231st ACS National Meeting

Atlanta, Geogia
March 26-30, 2006
Barron Research Group -  Posters and Talks

Transition metal catalyzed epoxidation and cage-opening of fullerenes

Robin E. Anderson, Department of Chemistry, Rice University, Houston, TX 77005, and Andrew R. Barron, Department of Chemistry, Center for Nanoscale Science and Technology, Rice University

The fullerene epoxide, C60O, is the simplest fullerene derivative and plays an important role in the synthesis of various organic, organometallic, and polymeric fullerene derivatives. Past methods of fullerene epoxidation include ozonation, ultrasonication and electrochemical oxidation, however none of these have successfully produced more than six single oxygens on the fullerene cage. Molybdenum (VI) oxide bis(2,4-pentanedionate), is known to catalytically epoxidize olefins in the presence of hydroperoxides. Through this research we have shown that this olefin chemistry can be applied to fullerenes. We have successfully synthesized a fullerene with 13 epoxide groups. This highly epoxidized species will allow for easier and greater functionalization of fullerenes. In addition to epoxidizing the fullerene, it was discovered that the reaction also produced open-cage fullerenes. These new species could be employed in the production of endohedral fullerenes.

The inhibition reaction mechanism of the heterocyclic diazoles on metallic surfaces investigated via Vertical Scanning Interferometry (VSI) and X-Ray Photoelectron Spectroscopy

Author: Corina Lupu, Ksenija Babic-Samardzija, Andrew Barron and Norman Hackerman, Department of Chemistry, Rice University, and Andreas Lüttge, Geochemistry Department, Rice University, Houston, TX 77005-1892

The investigation of the reaction pathways by which organic inhibitors act upon specific surfaces it is important in elucidating or preventing different chemical processes, e.g. corrosion, hydration, oxidation, etc. Our goal is to show how by synergistic studies of surface composition and speciation using XPS coupled with a detailed topographical and surface roughing measurements performed via Vertical Scanning Interferometry (VSI) new insights into deep understanding of the chemical reaction mechanism are obtained. In addition, polarization resistance values, Tafel curve effects, and electrochemical impedance spectroscopy were used to obtain a complementary information on the processes occurred at the solution-metal interface. We will focus on the observation of the inhibitor mechanism of the heterocyclic diazoles on iron surfaces. The effect of these compounds on the corrosion of iron in HCl was studied. Based on our XPS and VSI results we propose that a good inhibition is obtained only when an insoluble complex forms on the surface or a chemical compound with low hydroxide content is present. This sustains the hypothesis that the positively charged ions such as protonated nitrogen heterocyclic compounds might absorb onto the surface via negatively charged anions (e.g. Cl - ) rather than forming a metal-inhibitor complex.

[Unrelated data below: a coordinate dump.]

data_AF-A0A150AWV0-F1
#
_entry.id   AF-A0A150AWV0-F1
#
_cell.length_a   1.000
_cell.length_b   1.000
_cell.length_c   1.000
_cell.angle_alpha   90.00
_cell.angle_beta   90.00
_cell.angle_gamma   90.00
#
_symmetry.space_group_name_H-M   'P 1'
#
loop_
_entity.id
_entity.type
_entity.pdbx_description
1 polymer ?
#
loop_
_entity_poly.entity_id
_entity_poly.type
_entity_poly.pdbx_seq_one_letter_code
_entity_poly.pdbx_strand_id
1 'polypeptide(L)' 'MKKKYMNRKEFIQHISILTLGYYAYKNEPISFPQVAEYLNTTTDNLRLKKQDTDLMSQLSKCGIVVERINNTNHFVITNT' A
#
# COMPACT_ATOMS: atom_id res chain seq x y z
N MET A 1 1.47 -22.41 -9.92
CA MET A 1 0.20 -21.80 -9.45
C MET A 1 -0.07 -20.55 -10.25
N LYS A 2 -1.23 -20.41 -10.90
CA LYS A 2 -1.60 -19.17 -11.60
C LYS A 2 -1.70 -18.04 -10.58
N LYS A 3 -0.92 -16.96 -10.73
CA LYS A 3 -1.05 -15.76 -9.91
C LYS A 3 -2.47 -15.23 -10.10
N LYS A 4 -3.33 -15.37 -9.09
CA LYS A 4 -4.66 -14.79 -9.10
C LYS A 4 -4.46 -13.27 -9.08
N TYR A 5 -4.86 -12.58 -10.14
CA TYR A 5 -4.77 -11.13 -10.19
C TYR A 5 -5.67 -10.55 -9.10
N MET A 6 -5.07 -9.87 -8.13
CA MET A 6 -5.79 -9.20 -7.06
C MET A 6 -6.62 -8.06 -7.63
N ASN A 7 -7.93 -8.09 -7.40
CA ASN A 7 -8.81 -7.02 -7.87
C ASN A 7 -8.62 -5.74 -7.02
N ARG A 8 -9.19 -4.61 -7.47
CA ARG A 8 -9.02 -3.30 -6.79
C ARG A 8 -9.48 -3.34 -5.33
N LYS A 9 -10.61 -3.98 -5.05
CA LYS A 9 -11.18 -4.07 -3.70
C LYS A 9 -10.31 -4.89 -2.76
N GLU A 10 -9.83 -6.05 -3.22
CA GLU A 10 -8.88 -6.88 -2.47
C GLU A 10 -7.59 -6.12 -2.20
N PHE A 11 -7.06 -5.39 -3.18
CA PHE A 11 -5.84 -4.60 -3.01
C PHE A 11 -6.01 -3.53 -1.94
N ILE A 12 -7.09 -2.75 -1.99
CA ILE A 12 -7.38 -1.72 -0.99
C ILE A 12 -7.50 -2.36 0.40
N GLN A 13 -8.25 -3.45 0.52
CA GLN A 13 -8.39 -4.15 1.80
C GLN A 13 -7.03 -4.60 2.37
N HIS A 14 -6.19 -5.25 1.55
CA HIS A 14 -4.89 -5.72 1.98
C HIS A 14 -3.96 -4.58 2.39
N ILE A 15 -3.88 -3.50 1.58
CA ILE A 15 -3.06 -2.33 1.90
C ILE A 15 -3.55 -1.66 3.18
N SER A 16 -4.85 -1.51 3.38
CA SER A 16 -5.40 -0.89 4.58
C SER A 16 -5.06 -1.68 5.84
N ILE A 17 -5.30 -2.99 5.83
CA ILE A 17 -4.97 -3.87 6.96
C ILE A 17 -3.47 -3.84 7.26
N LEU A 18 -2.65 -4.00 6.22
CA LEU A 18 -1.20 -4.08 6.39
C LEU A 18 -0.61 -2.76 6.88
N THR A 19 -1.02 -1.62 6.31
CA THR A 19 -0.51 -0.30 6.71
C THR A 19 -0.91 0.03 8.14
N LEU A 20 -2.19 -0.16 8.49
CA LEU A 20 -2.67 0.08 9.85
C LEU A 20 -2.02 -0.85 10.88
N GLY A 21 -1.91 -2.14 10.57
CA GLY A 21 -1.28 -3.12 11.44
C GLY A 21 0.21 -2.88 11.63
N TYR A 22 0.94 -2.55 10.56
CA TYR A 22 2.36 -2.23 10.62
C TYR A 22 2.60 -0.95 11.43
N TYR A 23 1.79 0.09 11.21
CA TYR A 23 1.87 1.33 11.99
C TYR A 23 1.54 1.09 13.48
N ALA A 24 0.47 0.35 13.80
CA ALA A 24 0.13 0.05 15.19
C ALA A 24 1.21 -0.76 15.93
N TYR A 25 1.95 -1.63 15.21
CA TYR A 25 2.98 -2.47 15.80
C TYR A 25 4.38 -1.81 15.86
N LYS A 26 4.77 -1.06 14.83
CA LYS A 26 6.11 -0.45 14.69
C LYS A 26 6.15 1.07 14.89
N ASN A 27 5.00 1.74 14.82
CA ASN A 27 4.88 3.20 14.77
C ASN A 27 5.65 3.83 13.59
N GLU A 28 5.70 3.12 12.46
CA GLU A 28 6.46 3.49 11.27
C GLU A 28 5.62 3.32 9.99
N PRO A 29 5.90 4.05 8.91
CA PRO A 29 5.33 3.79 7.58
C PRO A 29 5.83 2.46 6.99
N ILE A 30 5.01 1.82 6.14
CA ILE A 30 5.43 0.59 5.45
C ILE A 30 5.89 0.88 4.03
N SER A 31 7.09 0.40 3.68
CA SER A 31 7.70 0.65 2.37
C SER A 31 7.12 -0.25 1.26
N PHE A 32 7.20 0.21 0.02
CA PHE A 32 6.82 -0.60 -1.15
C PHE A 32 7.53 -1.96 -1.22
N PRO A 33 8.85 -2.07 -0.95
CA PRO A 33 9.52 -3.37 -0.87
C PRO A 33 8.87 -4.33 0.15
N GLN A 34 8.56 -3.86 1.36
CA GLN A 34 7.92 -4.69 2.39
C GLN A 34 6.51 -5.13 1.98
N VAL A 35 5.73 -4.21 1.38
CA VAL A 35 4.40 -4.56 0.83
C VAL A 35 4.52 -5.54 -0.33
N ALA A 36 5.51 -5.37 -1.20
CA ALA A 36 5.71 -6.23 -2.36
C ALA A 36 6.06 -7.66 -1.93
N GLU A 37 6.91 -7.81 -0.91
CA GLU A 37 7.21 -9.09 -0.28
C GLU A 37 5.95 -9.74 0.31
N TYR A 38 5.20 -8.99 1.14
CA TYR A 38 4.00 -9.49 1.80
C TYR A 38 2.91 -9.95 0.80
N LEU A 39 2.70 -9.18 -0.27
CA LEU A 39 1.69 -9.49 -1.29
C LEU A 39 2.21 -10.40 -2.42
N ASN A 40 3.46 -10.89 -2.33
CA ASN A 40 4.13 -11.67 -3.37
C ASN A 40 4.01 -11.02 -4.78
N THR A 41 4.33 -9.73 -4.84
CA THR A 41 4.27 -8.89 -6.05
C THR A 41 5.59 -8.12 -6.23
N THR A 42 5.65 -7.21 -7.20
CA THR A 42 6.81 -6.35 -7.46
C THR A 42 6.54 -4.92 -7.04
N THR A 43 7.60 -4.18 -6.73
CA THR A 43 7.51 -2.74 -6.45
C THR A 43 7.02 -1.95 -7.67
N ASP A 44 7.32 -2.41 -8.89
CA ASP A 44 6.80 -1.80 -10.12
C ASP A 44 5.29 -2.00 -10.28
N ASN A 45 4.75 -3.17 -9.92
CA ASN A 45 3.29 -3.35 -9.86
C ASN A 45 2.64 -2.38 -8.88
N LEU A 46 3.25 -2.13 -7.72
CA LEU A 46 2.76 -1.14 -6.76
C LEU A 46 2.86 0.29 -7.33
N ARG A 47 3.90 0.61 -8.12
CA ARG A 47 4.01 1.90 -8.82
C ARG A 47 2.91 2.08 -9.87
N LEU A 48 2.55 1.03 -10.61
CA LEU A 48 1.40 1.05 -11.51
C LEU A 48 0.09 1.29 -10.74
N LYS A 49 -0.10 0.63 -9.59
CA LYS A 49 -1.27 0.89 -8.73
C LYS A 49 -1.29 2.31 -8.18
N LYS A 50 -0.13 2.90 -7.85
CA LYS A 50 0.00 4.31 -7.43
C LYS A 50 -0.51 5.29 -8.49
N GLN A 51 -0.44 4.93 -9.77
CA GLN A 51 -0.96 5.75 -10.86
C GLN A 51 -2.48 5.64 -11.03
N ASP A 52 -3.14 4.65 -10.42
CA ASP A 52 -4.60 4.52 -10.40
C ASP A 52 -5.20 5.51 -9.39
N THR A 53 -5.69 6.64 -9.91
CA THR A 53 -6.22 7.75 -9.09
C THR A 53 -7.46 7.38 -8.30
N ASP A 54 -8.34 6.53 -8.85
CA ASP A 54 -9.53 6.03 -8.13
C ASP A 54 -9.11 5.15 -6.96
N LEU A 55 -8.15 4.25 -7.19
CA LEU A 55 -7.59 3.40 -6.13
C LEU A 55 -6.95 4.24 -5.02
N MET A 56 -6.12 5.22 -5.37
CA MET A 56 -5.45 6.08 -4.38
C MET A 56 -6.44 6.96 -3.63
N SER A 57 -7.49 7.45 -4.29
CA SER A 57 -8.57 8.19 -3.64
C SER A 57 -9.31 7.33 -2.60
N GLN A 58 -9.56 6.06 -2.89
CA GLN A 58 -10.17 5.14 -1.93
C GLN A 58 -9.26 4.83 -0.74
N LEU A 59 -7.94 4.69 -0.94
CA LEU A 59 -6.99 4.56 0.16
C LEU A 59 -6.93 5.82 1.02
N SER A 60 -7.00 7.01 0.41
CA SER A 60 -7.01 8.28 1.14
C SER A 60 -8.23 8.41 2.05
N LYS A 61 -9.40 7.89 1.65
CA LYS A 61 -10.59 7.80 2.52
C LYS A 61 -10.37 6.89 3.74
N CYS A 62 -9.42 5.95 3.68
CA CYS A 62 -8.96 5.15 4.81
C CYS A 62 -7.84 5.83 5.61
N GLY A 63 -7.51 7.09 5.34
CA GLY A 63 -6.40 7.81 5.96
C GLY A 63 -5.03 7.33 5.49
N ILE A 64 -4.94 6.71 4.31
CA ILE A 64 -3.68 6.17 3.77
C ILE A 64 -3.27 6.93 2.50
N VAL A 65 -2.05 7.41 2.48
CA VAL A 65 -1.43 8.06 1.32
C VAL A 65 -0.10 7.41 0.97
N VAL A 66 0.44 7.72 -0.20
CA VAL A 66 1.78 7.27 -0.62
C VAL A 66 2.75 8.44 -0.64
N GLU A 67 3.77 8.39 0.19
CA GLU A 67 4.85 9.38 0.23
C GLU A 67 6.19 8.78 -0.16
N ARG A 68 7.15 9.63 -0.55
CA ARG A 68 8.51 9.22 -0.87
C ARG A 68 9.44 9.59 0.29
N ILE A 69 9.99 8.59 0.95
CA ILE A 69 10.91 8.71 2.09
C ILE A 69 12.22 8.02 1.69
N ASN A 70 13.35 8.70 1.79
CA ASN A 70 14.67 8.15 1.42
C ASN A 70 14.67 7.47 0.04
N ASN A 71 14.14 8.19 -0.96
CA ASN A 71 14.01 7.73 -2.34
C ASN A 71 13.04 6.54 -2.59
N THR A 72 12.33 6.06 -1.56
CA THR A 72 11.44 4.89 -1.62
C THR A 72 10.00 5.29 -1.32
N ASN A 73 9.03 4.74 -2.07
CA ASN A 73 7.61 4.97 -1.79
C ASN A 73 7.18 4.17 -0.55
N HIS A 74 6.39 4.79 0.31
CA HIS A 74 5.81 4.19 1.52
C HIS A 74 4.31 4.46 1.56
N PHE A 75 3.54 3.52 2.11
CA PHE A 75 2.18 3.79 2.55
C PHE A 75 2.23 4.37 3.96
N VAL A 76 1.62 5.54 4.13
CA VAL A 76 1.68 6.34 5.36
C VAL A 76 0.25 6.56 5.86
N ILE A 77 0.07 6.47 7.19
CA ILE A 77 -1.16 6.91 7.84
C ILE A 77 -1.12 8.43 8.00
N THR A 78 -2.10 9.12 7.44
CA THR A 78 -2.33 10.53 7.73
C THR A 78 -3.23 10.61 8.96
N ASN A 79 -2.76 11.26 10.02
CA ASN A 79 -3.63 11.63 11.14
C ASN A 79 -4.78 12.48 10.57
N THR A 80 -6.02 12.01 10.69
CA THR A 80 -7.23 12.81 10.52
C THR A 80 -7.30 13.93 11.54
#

Single-walled carbon nanotube (SWNT) growth using [Fe 33 -O)(µ-O 2 CR) 6 (L) 3 ] n + complexes as catalyst precursors

Ramon Colorado, Jr., Douglas Ogrin, Benji Maruyama, Mark J. Pender, Richard E. Smalley, and Andrew R. Barron, Department of Chemistry, Rice University, Houston, TX 77005-1892

We will present the vapor-liquid-solid (VLS) growth of SWNTs from oxo-hexacarboxylate-tri-iron precursors, [Fe 3 O(O 2 CCH 3 ) 6 (EtOH) 3 ] (1) and [Fe 3 O(O 2 CCH 2 OMe) 6 (H 2 O) 3 ][FeCl 4 ] (2), on spin-on-glass surfaces, using C 2 H 4 /H 2 (750 °C) and CH 4 /H 2 (800 and 900 °C) growth conditions. The SWNTs have been characterized by AFM, SEM, and Raman spectroscopy. The characteristics of the SWNTs are found to be independent of the identity of the precursor complex or the solvent from which it is spin-coated. The as grown SWNTs show a low level of side-wall defects and have an average diameter of 1.2-1.4 nm with a narrow distribution of diameters. We will discuss the effects of the growth temperatures on the observed yields and lengths of the SWNTs. We have demonstrated that spin coating of molecular precursors allows for the formation of catalyst nanoparticles suitable for growth of SWNTs with a high degree of uniformity in the diameter, without the formation of preformed clusters of a set diameter.

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